Microcontroller projects

Sleep tips and tricks

last updated: 2020-10-25

For my LoRa projects I need a deep sleep of the controller, so that battery life will be maximised. The problem with breakout boards is that they contain many components that consume energy an finally are not needed. So here are some basic tests to get a feeling on minimal power consumption.


The higher the voltage, the higher the current. For the tests I will use 3 V (2*1.5 V alkaline battery or lithium primary cell). With lithium-ion batteries we can use a diode in series to loose 0,6 V. One reason to do so is that the LoRa chip used has a maximum voltage of 3.7 V and a newly charged battery could get up to 4.1 V and destroy the chip.

ATmega328p (Arduino Uno chip)

Arduinos use a 16 MHz external crystal. This crystal will only operate if the voltage is over 2.7 V. The minimum voltage for the Lora module is 1.8 V and for the mega chip the same if we stay below 4 MHz. So to use the batteries to a maximum, we have to run the mega328 with max. 4 MHz.

The less components we use, the less power is needed. So for the test we could use a breadboard. I decided to use a prototyping PCB. The circuit needs in a first step only a connector for an external programmer (6 pin AVRISP) to burn the bootloader. As programmer you can use an Arduino board (look here) or e.g. an AVRISP mk2. The connections needed are MISO (chip pin 18), MOSI (17), SCK(19), Reset (1), VCC (7) and GND (8).

arduino on a breadboard circuit

Now we could use the board with only the external programmer connected (without bootloader) and change the fuse bits with avrdude. But a bootloader is a cool thing and the chance to have an USB/TTL converter by hand is bigger than having a programmer. So we will use a bootloader.

We can't use the Arduino bootloader, because it's programmed for an 16 MHz external crystal. So we are very happy that MCUdude (Hans) helps with it's Cores. In our case we need the MiniCore. Add the following json text line to to File > Preferences > Additional Boards Manager URLs: (you can add multiple URLs, separating them with commas).


After adding the json strings, we need to install the files. For this open the Boards Manager from Tools > Board > Boards Manager.... Scroll down and click on install. After installation is complete, restart Arduino.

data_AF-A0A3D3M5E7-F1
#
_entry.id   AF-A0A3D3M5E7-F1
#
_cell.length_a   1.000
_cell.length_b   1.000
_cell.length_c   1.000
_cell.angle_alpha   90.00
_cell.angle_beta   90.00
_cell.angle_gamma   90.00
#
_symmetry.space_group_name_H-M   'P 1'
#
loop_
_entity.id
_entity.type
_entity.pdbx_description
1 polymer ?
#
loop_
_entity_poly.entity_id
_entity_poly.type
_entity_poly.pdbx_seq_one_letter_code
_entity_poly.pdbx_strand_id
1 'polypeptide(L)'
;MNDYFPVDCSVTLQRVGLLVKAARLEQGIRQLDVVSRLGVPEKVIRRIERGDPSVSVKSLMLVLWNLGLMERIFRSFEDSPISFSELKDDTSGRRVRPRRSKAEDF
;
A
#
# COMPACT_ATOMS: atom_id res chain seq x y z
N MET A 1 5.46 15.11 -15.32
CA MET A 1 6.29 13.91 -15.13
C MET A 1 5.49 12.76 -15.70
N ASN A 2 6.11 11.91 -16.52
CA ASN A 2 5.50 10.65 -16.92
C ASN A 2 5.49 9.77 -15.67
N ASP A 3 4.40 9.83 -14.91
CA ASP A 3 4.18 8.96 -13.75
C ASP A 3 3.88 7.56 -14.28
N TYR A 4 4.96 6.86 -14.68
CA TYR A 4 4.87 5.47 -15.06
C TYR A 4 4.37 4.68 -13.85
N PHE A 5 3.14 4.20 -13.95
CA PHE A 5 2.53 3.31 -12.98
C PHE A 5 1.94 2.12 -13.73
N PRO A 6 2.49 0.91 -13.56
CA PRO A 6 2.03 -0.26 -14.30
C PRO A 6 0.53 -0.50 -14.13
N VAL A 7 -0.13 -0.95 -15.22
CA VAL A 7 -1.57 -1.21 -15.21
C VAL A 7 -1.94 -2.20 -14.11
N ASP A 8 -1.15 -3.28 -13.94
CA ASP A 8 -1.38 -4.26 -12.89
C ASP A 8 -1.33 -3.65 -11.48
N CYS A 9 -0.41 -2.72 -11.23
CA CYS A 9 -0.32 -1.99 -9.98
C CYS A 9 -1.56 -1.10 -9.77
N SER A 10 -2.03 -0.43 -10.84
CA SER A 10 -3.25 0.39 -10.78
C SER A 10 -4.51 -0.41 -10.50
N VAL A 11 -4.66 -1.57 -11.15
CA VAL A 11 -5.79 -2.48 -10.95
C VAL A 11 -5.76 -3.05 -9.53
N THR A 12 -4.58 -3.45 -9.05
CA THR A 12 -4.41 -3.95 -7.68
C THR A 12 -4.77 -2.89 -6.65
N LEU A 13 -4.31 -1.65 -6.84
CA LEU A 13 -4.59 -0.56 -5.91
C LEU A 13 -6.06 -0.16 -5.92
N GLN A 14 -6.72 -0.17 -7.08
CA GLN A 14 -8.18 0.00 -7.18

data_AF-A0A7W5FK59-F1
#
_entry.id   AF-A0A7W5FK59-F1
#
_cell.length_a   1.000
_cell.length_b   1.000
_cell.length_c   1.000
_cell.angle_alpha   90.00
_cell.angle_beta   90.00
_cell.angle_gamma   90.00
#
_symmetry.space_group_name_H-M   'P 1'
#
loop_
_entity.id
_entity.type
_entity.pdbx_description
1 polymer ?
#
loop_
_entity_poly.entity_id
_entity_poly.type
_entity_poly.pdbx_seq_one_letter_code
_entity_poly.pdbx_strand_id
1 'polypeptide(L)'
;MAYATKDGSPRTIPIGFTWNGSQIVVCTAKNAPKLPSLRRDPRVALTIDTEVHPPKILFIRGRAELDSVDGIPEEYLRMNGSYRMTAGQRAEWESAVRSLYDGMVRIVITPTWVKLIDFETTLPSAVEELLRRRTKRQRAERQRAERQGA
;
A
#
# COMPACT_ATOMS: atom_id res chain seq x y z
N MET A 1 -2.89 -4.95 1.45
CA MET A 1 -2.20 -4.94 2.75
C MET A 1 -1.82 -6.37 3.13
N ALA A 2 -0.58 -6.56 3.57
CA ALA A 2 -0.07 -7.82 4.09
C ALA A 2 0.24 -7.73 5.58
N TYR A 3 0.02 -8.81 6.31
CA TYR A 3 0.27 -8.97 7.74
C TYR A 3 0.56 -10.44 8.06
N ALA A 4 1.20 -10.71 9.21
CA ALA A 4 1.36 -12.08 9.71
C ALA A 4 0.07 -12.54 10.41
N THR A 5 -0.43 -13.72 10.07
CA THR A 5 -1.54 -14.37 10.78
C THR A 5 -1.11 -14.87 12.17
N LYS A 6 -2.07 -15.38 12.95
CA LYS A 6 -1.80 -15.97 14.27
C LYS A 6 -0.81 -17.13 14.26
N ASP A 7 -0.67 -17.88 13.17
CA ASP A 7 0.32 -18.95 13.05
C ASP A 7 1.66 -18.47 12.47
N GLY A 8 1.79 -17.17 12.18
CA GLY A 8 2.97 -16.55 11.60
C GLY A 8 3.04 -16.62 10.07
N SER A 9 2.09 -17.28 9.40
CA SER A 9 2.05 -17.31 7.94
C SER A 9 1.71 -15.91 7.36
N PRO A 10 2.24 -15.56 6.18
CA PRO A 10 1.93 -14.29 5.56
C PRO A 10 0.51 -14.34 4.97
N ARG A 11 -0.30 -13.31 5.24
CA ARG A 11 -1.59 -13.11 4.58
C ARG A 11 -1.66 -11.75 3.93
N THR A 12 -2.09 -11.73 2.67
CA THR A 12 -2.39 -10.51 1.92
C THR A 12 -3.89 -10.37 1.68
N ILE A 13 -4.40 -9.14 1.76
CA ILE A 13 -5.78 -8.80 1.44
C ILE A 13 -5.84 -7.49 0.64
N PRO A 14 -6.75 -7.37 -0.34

Now we can select our Board from Tools > Board.

Screenshot Arduino board

We choose a bootloader with internal RC oscillator and 8 MHz. The libraries for my temperature sensor (DS18B20) won't work with 1 MHz. Fortunately with the help of the WR`register we can change the frequency during runtime.

Click on Burn Bootlader to install the bootloader.

Now we don't need the AVRISP header anymore, but a new header to connect the 3.3 V !! TTL/USB converter. The important connections are TxD and RxD naturally crossed and ground. As it is more comfortable to let the Arduino IDE set the chip in programming mode with the help of an RTS or DTR signal we use an appropriate cable or tweak a converter with an CH340 chip by adding pin 13 through an 100 nF capacitor to the header.

ATmega328p with DS18B20 temperature sensor

We are ready to test a little sketch with an DS18B20 temperature sensor. The data is sent every 2 minutes through the serial port. We use the LowPower library from rocketscream (Add the zip file with Sketch > Include Library > Add .ZIP library...). In PowerDown mode the watchdog timer will wake the CPU up. Maximum time is 8 s.

    /*   mega328_mini_core_deep_sleep_ds18b20.ino by weigu.lu
     *   We use an mega328p (Arduino) on a breadboard with a minicore bootloader with
     *   8MHz internal clock (https://github.com/MCUdude/MiniCore).
     *   Most of the time we sleep and go down to 1MHz by dividing the clock.
     *   An DS18B20 is connected with VCC to pin D3 and with the data input to pin D4.
     *   The DS18B20 library needs 4MHz! The temperature is send by serial to the monitor.
     *   RESET  PC6  1  |  |  28 PC5 A5
     *   D0 RX  PD0  2  |  |  27 PC4 A4